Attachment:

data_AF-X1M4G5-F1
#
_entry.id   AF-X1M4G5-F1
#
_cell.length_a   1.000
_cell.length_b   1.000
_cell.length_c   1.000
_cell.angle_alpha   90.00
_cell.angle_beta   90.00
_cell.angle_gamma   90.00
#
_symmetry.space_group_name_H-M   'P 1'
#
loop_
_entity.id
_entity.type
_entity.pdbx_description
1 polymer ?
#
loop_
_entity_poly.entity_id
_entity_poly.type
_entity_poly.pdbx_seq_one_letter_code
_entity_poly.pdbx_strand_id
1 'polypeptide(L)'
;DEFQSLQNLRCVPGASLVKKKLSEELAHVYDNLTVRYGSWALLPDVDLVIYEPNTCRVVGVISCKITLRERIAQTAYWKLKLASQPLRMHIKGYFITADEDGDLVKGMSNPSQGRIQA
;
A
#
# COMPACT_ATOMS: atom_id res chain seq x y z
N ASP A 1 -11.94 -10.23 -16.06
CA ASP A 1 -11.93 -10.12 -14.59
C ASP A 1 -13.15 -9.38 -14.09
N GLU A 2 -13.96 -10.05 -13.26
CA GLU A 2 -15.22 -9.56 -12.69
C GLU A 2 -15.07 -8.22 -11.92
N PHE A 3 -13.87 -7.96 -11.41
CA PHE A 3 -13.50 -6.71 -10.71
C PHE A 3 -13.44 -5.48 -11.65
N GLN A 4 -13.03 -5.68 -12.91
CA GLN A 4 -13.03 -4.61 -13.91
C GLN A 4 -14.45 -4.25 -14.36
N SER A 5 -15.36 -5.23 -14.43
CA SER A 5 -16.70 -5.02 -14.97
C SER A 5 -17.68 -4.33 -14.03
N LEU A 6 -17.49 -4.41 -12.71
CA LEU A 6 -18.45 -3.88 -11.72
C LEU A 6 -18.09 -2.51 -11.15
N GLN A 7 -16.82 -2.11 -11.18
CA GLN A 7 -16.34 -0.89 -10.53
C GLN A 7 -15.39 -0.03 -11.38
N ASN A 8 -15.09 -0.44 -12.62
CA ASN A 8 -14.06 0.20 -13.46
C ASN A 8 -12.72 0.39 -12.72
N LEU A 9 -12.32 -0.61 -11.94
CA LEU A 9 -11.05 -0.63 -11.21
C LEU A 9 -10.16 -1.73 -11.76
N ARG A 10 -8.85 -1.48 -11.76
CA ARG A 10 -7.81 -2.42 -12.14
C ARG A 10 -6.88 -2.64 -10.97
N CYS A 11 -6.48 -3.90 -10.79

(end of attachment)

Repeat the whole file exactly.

data_AF-X1M4G5-F1
#
_entry.id   AF-X1M4G5-F1
#
_cell.length_a   1.000
_cell.length_b   1.000
_cell.length_c   1.000
_cell.angle_alpha   90.00
_cell.angle_beta   90.00
_cell.angle_gamma   90.00
#
_symmetry.space_group_name_H-M   'P 1'
#
loop_
_entity.id
_entity.type
_entity.pdbx_description
1 polymer ?
#
loop_
_entity_poly.entity_id
_entity_poly.type
_entity_poly.pdbx_seq_one_letter_code
_entity_poly.pdbx_strand_id
1 'polypeptide(L)'
;DEFQSLQNLRCVPGASLVKKKLSEELAHVYDNLTVRYGSWALLPDVDLVIYEPNTCRVVGVISCKITLRERIAQTAYWKLKLASQPLRMHIKGYFITADEDGDLVKGMSNPSQGRIQA
;
A
#
# COMPACT_ATOMS: atom_id res chain seq x y z
N ASP A 1 -11.94 -10.23 -16.06
CA ASP A 1 -11.93 -10.12 -14.59
C ASP A 1 -13.15 -9.38 -14.09
N GLU A 2 -13.96 -10.05 -13.26
CA GLU A 2 -15.22 -9.56 -12.69
C GLU A 2 -15.07 -8.22 -11.92
N PHE A 3 -13.87 -7.96 -11.41
CA PHE A 3 -13.50 -6.71 -10.71
C PHE A 3 -13.44 -5.48 -11.65
N GLN A 4 -13.03 -5.68 -12.91
CA GLN A 4 -13.03 -4.61 -13.91
C GLN A 4 -14.45 -4.25 -14.36
N SER A 5 -15.36 -5.23 -14.43
CA SER A 5 -16.70 -5.02 -14.97
C SER A 5 -17.68 -4.33 -14.03
N LEU A 6 -17.49 -4.41 -12.71
CA LEU A 6 -18.45 -3.88 -11.72
C LEU A 6 -18.09 -2.51 -11.15
N GLN A 7 -16.82 -2.11 -11.18
CA GLN A 7 -16.34 -0.89 -10.53
C GLN A 7 -15.39 -0.03 -11.38
N ASN A 8 -15.09 -0.44 -12.62
CA ASN A 8 -14.06 0.20 -13.46
C ASN A 8 -12.72 0.39 -12.72
N LEU A 9 -12.32 -0.61 -11.94
CA LEU A 9 -11.05 -0.63 -11.21
C LEU A 9 -10.16 -1.73 -11.76
N ARG A 10 -8.85 -1.48 -11.76
CA ARG A 10 -7.81 -2.42 -12.14
C ARG A 10 -6.88 -2.64 -10.97
N CYS A 11 -6.48 -3.90 -10.79